2 years ago

Lack of docs, database make difficult for woman entrepreneurs to access finance

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Women-led enterprises in the country have long been facing difficulty in accessing finance of formal channels -- mainly for lack of information, improper documentation, complexity in availing trade licence, and absence of a comprehensive database.

Besides, financial institutions are also reluctant to provide loans to women entrepreneurs under the stimulus packages, announced by the government for pandemic recovery, because of lower profitability at higher risks, speakers said at a programme on Sunday.

They opined that evidence-based field researches, carried out in the country during the pandemic, were also neglected in the policymaking process, which made a low impact on pandemic recovery.

The observations came at a policy dialogue titled "COVID-induced Stimulus Packages for SMEs and Women-led Enterprises: Exploring Research-Policy Inter-linkages".

The event was organised by the Centre for Policy Dialogue (CPD) in partnership with the Asia Foundation - under the Women's Economic Empowerment through Strengthening Market Systems (WEESMS) programme, funded by the Embassy of Sweden.

Minister for Local Government, Rural Development and Cooperatives Md Tajul Islam addressed the event as the chief guest.

Member of Standing Committee on Ministry of Foreign Affairs Kazi Nabil Ahmed spoke as the special guest. Swedish Ambassador Alexandra BergVon Linde, and BRAC Chairperson Dr Hossain Zillur Rahman spoke as the guests of honour.

Moderated by CPD Executive Director Dr Fahmida Khatun, other discussants of the event included - SME Foundation General Manager Farzana Khan, e-Commerce Association of Bangladesh (e-CAB) Joint Secretary Nasima Akter Nisha, Dhaka University professors Dr M Abu Eusuf and Dr Sayema H Bidisha, and Bangladesh Bank (BB) Deputy General Manager Liza Fahmida.

Asia Foundation Country Representative Kazi Faisal Bin Seraj and iDE Bangladesh Associate Director (Programmes) Saroja Thapa also spoke on the occasion.

CPD Research Director Dr Khondaker Golam Moazzem made the keynote presentation.

In the presentation, he said around 74 per cent of the Tk 200-billion stimulus package for the SME sector are disbursed so far, of which only 5.59 per cent of the recipients are women.

Referring to the existing hardship in accessing loans for women, he noted that many women entrepreneurs do not even know how to apply or where to go for availing of loans from the stimulus package.

At the same time, banks are also somewhat unwilling to provide loans under the package for SMEs, especially to women-led small businesses, against the backdrop of not having proper documents and guarantors.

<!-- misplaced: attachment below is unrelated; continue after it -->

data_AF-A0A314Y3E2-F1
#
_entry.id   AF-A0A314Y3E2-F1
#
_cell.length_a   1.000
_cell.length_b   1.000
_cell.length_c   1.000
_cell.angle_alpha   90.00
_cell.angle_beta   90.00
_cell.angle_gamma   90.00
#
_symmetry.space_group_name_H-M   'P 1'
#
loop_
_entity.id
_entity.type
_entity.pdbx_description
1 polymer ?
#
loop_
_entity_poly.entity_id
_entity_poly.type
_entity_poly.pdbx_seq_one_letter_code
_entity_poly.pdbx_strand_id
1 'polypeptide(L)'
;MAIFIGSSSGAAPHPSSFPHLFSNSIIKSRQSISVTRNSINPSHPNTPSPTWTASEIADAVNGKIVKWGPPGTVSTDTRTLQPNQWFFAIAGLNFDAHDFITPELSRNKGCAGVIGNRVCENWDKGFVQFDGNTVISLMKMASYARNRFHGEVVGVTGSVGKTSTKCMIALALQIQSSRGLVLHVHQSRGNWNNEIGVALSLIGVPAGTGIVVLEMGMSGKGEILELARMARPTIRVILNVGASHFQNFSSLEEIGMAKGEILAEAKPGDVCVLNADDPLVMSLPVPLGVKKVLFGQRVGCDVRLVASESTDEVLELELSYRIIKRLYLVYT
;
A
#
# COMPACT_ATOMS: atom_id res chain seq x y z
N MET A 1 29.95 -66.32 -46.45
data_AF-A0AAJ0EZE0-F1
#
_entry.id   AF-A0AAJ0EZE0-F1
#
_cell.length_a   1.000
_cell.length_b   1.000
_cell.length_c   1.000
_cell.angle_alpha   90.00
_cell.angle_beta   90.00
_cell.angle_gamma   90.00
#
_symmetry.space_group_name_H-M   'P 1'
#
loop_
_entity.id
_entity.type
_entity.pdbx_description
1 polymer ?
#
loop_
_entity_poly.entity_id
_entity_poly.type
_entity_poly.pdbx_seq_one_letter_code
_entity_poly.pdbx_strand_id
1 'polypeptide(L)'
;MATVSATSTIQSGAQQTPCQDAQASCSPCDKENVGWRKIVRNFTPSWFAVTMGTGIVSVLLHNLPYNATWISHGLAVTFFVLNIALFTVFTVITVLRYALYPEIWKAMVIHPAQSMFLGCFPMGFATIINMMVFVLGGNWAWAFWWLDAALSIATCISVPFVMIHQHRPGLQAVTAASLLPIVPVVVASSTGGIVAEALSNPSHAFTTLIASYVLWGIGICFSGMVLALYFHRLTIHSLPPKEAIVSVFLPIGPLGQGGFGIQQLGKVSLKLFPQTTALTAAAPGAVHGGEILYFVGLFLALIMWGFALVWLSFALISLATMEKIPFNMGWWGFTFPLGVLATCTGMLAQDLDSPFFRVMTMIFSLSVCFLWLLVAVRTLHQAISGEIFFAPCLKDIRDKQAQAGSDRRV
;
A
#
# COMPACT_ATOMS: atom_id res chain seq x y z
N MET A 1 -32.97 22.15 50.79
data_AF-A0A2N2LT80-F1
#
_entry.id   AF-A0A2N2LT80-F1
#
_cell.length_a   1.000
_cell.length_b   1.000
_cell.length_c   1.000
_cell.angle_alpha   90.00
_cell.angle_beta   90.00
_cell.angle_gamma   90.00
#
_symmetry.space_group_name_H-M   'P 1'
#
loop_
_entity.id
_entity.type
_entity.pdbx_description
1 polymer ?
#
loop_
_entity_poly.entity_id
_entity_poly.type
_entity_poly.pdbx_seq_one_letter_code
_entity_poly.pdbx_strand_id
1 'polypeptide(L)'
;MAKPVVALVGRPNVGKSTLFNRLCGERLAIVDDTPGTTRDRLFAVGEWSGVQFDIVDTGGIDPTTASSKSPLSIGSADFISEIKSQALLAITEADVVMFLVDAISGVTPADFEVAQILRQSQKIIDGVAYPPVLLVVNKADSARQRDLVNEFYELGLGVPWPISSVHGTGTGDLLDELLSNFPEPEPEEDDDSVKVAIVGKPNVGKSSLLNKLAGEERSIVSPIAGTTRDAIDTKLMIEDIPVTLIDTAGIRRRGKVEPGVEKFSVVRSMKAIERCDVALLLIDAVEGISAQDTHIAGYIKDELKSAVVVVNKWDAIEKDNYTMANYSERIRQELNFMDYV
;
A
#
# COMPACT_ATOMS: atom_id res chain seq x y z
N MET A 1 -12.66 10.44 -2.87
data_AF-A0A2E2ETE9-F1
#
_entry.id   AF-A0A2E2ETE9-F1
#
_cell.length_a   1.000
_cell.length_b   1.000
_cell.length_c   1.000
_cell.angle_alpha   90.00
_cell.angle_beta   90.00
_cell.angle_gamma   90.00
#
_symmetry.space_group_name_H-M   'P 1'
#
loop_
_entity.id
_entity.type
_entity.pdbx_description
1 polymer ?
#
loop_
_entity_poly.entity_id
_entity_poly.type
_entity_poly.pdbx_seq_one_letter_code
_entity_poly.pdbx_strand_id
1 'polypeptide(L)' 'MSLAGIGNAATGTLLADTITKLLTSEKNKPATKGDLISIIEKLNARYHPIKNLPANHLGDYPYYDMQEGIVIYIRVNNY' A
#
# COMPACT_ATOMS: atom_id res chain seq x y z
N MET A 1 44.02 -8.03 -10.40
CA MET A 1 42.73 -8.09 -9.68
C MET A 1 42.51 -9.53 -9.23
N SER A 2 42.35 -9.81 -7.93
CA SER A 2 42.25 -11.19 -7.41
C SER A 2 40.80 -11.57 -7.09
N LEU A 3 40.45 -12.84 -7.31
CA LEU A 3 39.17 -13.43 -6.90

During the pandemic, a total of 52 studies were identified, which were related to the COVID-19 pandemic along with its association with SMEs and women entrepreneur-related concerns.

Due to absence of a comprehensive database on SMEs and women entrepreneurs, it has been very difficult for the authorities concerned to identify eligible beneficiaries for the stimulus package, Dr Moazzem opined.

Besides, loan concentration among women entrepreneurs was mostly in urban areas, which created an urban-rural division in getting supports for pandemic recovery, he added.

The minister, in his speech, said due to different policy interventions, the country's per capita income grew rapidly in the last decade and even during the pandemic.

The government took timely strategies, like offering the Tk 1.29-trillion stimulus packages, from the beginning of the pandemic, which saved the country in many ways from the adverse effect of the global economic crunch.

Addressing the issues related to alleged irregularities in disbursement of stimulus funds, he said, "In our society, there is lack of good governance, lawlessness and corruption. Despite those constraints we will continue to progress, and one day we may overcome those anomalies."

Appreciating the research by the CPD, he hoped that its findings would be reflected in the policymaking process in near future.

Regarding difficulty for women entrepreneurs in getting trade licences, he added, "There are some problems at the policy level, and we are trying to address the issue. But without automation, it will not be possible to resolve the problems soon."

Dr Fahmida Khatun said if loans are distributed through micro-finance institutions (MFIs), it would be easy for SMEs and women entrepreneurs to avail funds, as commercial banks have different policy constraints.

At the same time, if the policymakers take into account the evidence-based research and rigorous analysis of different organisations, policymaking would be a bit more easy and impactful.

Contradicting the CPD executive director, Professor Yusuf said as loans are disbursed through banks, beneficiaries can take those at 4.0 per cent interest rates. But in the case of the MFIs, the loan interest rates may go up to 9.0-12 per cent.

Unless the government subsidises more, the rates offered by the MFIs would not attract small businesses to take loans, he mentioned.

Dr Bidisha said even before the pandemic there were many constraints for women to get loans from formal channels, which were intensified further during the pandemic.

She identified access to finance, lack of information, lack of product marketability, and poor supply chain as the biggest concerns for women entrepreneurs.

Besides, lack of proper monitoring and evaluation of the stimulus programmes also added to the complexities for women-led businesses, she concluded.

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